The following is an excerpt from a sermon I gave on Rosh Hashanah called, Bible Bullies. You can read the sermon in its entirety on my blog:
The pediatrician who supervised the assessment that our son had Asberger's Syndrome broke the news to me gently as though he was waiting for me to burst into tears.
But the son I brought home that day was the exact same child I've loved his entire life. In receiving the diagnosis, Bobby (my husband) and I strode right past denial, anger, bargaining, and depression and went straight to acceptance of Yonatan's condition. What we really wanted to figure out was how he was going to make his way in the world.
The answer to that question appears to be, “With difficulty.” Yonatan is spectacularly imaginative, awkward in his speech and movements, and very obviously intelligent. In short, he is the kind of kid who's just asking to be picked on. One of the early books I read on Asperger's Syndrome offered two hundred cheerful tips on raising children with the condition. But in the midst of the author's optimism and good humour, she reflected darkly on the school experience. School, she commented, was something that children with Asperger's Syndrome could only suffer through, not enjoy.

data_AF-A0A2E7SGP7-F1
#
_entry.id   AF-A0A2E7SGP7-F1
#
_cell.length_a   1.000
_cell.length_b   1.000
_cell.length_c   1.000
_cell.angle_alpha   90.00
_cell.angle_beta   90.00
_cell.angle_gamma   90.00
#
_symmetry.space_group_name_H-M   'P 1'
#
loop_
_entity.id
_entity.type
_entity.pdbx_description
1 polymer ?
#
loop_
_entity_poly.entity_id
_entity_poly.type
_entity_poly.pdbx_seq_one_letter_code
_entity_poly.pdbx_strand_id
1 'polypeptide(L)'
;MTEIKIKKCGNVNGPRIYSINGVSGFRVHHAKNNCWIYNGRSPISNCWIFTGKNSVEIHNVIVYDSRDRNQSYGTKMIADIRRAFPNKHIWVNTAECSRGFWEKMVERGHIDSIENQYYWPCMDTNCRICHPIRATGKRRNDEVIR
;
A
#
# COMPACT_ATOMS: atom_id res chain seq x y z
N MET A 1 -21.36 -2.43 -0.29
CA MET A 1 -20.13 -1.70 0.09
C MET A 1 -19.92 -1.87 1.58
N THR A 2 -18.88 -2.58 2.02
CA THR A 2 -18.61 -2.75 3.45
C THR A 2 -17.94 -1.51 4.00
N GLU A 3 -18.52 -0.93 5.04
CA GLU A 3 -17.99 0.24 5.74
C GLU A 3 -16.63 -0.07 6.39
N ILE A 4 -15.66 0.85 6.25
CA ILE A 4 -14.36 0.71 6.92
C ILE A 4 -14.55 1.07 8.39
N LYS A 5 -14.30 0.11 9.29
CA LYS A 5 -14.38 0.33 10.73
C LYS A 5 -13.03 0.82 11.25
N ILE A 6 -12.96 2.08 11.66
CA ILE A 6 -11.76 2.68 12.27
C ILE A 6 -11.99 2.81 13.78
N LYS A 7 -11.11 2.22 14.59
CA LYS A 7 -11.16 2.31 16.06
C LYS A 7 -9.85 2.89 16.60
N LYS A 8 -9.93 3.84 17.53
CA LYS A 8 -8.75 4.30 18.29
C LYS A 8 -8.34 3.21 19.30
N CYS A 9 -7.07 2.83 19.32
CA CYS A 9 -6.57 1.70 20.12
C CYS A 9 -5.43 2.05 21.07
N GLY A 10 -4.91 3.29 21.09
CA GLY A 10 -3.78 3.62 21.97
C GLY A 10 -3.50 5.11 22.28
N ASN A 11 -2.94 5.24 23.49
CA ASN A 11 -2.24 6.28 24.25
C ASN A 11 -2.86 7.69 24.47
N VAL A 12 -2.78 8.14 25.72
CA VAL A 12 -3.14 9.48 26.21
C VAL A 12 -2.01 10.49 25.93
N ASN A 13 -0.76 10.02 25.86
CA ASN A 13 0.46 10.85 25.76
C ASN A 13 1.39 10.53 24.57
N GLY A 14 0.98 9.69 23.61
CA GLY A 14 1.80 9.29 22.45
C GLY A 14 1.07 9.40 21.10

The closest thing she could offer to a ray of hope was the observation that kids were only in school for a relatively short period of their lives, and then they could get on with the work of enjoying themselves. I was not impressed. I want Yonatan's school years to be something more than a misery that will eventually pass, and I'm sure all parents want the same for their own children.